An employee protected by a collective bargaining agreement may sue his employer under § 301 only after he has pursued his contractual grievance remedies and established that his rights of fair representation were violated. See Krushinski v. Roadway Express Inc.. 627 F. Supp. 934, 938 (M.D. Pa. 1985); see also Vosch v. Werner Continental, 734 F.2d 149 (3d Cir. 1984); Scott, 827 F.2d at 592-93. As an initial matter, although plaintiff did exhaust his contractual remedies under the CBA by proceeding to arbitration, the terms of the CBA indicate that the decision of the arbitrator is final and binding on all parties. See Article 10, CBA.

 The Supreme Court in Lingle affirmed the sacrosanctity of the arbitrator as the final interpreter of a CBA when it noted,


A rule that permitted an individual to sidestep available grievance procedures would cause arbitration to lose most of its effectiveness, . . . as well as eviscerate a central tenet of federal labor contract law under § 301 that it is the arbitrator, not the court, who has the responsibility to interpret the labor contract in the first instance. . . . Today's decision should make clear that interpretation of collective bargaining agreements remains firmly in the arbitral realm; judges can determine questions of state law involving labor-management relations only if such questions do not require construing collective bargaining agreements.

 Lingle, 486 U.S. at 411 (citations omitted).

 It is not the province of this court to render an interpretation of a CBA when an arbitrator has already done so. As discussed above, a court deciding this defamation claim would be required to make the same inquiry into the CBA as has already been made by the arbitrator. See Peffley, 669 F. Supp. at 1462. Relevant issues have already been decided and the possibility of inconsistent results being rendered by a court regarding the same dispute and the same CBA would have quite a chilling effect on federal labor policy indeed. When unions and employers have already taken the welcome step of installing a system of grievance resolution without need for resort to the courts, they should be able to rely on their bargain and the principles of uniformity and certainty that guide § 301. Their negotiated choice should not be diluted or second guessed by intrusion of the courts. To hold otherwise,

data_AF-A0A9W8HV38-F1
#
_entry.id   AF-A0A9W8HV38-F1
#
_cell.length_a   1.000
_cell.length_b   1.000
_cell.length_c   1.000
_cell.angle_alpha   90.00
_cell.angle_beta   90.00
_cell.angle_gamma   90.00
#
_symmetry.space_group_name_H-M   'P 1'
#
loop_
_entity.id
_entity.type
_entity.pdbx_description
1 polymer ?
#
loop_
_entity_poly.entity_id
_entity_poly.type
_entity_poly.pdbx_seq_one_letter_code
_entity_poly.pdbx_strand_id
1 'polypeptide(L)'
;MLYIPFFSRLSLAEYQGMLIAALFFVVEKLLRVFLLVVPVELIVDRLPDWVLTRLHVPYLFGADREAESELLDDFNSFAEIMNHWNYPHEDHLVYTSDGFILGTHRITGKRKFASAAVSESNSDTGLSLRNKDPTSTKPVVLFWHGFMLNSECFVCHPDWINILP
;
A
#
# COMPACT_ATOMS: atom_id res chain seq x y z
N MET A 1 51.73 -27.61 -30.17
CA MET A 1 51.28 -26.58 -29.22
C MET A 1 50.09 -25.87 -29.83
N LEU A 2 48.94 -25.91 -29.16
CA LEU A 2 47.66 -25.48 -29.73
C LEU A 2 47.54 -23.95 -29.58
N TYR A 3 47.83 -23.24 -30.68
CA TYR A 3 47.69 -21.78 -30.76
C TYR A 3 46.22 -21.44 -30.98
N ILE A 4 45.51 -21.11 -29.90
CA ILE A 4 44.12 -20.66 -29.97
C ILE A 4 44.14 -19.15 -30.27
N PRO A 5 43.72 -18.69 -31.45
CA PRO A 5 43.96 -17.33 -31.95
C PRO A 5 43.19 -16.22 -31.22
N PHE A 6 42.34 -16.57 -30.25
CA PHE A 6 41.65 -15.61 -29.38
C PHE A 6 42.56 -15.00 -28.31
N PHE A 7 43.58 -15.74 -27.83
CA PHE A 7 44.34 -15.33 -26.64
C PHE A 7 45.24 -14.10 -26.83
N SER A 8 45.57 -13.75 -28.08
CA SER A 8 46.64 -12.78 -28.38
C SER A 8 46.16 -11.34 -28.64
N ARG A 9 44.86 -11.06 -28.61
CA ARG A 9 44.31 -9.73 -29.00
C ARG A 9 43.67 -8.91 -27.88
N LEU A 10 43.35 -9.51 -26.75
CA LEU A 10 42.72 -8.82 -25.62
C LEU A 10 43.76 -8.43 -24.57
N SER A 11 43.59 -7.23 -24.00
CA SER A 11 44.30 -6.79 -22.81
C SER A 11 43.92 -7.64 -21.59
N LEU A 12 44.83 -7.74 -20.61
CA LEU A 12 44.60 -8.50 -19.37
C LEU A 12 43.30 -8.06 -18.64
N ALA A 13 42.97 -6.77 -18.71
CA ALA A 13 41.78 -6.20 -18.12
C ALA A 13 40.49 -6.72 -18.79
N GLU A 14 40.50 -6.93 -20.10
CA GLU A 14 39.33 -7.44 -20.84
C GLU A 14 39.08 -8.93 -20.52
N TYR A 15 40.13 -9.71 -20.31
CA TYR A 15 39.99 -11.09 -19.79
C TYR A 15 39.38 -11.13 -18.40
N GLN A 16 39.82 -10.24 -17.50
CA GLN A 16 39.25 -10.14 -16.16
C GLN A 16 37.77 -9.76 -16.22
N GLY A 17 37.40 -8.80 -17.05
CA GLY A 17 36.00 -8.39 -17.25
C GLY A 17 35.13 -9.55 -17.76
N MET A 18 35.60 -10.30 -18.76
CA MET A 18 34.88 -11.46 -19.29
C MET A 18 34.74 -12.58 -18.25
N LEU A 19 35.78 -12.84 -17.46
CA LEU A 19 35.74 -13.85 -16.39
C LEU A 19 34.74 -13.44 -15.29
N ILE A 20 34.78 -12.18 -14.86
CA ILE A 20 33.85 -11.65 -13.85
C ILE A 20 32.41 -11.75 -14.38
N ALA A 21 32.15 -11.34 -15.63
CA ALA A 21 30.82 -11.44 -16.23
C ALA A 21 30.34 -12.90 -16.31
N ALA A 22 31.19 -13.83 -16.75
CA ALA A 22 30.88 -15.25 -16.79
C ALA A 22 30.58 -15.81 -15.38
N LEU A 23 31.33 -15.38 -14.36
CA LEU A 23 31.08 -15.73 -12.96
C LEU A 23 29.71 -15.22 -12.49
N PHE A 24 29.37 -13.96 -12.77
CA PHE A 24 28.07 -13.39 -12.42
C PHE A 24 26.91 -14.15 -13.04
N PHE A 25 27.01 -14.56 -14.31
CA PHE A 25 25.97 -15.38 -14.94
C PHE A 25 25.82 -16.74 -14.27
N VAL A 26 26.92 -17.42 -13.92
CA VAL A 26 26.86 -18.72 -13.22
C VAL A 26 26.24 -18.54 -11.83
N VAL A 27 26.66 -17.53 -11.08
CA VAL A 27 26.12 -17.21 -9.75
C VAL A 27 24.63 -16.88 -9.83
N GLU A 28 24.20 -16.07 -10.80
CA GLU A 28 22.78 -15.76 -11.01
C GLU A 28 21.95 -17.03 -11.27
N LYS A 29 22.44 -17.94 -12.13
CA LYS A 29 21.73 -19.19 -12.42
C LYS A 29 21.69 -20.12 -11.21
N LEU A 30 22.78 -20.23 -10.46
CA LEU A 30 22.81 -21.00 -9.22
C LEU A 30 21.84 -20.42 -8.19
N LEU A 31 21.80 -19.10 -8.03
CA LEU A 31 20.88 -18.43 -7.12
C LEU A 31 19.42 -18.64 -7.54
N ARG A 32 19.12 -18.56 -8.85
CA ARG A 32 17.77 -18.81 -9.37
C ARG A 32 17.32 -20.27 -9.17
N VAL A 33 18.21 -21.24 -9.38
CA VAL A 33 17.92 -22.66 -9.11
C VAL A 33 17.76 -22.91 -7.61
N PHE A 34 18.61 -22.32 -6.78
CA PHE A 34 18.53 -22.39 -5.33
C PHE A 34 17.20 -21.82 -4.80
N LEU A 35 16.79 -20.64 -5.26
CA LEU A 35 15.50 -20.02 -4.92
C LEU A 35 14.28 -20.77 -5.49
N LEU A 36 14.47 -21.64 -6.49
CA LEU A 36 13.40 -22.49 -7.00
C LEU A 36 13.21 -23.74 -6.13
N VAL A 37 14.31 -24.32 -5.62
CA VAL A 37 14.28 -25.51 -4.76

would allow the threat of defamation suits for comments made during grievance hearings to introduce an element of uncertainty into the grievance process . . . . As a result, parties would be much less willing to agree to grievance mechanisms that are fraught with potential liability under state tort law.

 Hull, 628 F. Supp. at 789.

 Plaintiff, through the arbitration award, has already been reinstated to his former position. He is now trying to circumvent the very process that produced this desired result by alleging a state claim of defamation. We will not permit him to obtain the benefit of his bargain without holding up his end of the bargain. In any event, plaintiff has never alleged that his Union failed to properly pursue his claims, and thus violated his rights of fair representation, so it is not possible for him to pursue his claims in federal court. See Krushinski, supra. We therefore grant defendants' Motion for Summary Judgment.


 For the reasons outlined in the foregoing memorandum, we will deny plaintiff's Motion to Remand and grant defendants' Motion for Summary Judgment.

 An appropriate order follows.



 October 19, 1994

 AND NOW, this 18th day of October, 1994, upon consideration of Plaintiff's Motion to Remand and Defendants' Motion to Dismiss or in the Alternative for Summary Judgment, it is hereby ORDERED as follows:


1. Plaintiff's Motion to Remand is DENIED.


2. Defendants' Motion for Summary Judgment is GRANTED.


3. Judgment is Entered in Favor of All Defendants.

 This Case is CLOSED.


 Franklin S. Van Antwerpen

 United States District Judge